During the frenzy of PR announcements yesterday, I had the opportunity to sit down with Tony Posawatz, Vehicle Line Director for GM’s Chevy Volt. If you aren’t familiar with the Volt, here’s a short introduction: it’s a plug-in electric hybrid vehicle, capable of 40 mile trips before relying on a small internal-combustion generator to repower the battery system. For more background, see Jeff’s posts from last year (Will GM Revive the Electric Car? Part 1).
Here’s a summary of our 10 minute conversation (believe me, I had to be torn away from this interview):
What major issues are keeping the Volt from an earlier release date (I’ve been told 2010):
Posawatz: GM is relatively certain it will be the first auto manufacturer to produce a plug-in hybrid model (regardless of the actual release date), but we want it to be right. The two major factors holding back the Volt’s release are extensive testing requirements and lithium ion battery technology. The batteries aren’t cheap, and they’re produced out of country. They also require extensive testing both in and out of the car before things go into production. Basically, GM won’t release the Volt until it’s proven safe and the batteries work.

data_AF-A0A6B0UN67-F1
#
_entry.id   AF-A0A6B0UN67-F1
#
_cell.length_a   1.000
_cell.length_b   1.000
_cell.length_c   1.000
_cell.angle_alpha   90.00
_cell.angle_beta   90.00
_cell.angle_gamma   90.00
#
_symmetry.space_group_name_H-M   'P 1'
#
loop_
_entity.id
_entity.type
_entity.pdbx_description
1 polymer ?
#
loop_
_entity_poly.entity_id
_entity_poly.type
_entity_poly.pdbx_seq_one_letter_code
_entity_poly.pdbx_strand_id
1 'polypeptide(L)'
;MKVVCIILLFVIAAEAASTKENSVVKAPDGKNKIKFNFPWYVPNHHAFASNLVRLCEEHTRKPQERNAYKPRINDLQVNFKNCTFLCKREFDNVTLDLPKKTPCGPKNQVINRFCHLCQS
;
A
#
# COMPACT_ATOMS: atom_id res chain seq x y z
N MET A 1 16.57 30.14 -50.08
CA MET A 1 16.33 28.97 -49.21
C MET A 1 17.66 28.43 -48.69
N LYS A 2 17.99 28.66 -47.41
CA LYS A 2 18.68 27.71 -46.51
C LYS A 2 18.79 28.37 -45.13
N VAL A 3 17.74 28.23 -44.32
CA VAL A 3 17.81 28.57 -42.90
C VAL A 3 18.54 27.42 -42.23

The Lithium Ion Batteries:
Posawatz: GM has been pursuing battery technology from two different partnerships with two different chemistries: lithium ion phosphate batteries from the same group that manufactures Black and Decker, and lithium manganese batteries from from another supplier. GM looked at 27 different battery companies before choosing to work with these two, and it’s important to understand that not all lithium ion battery technology is equal. For example, Tesla Motors is using the same type of battery that you would find in a laptop, but GM decided to take a different route to avoid the prohibitive cost of this system.
What about battery recycling after their reported 10-year lifespan?
Posawatz: After 10 years, the batteries still have 80% of their capability intact. GM hopes to swap the batteries out for use in a secondary market, such as backup power stations or some other use.
Could you expand on the ‘range extender’ that uses ethanol or biodiesel?
Posawatz: The Volt will have a range extender that uses an onboard internal combustion generator to repower the battery system. The generator will be either gas or diesel powered, meaning it can run on either E85 or biodiesel.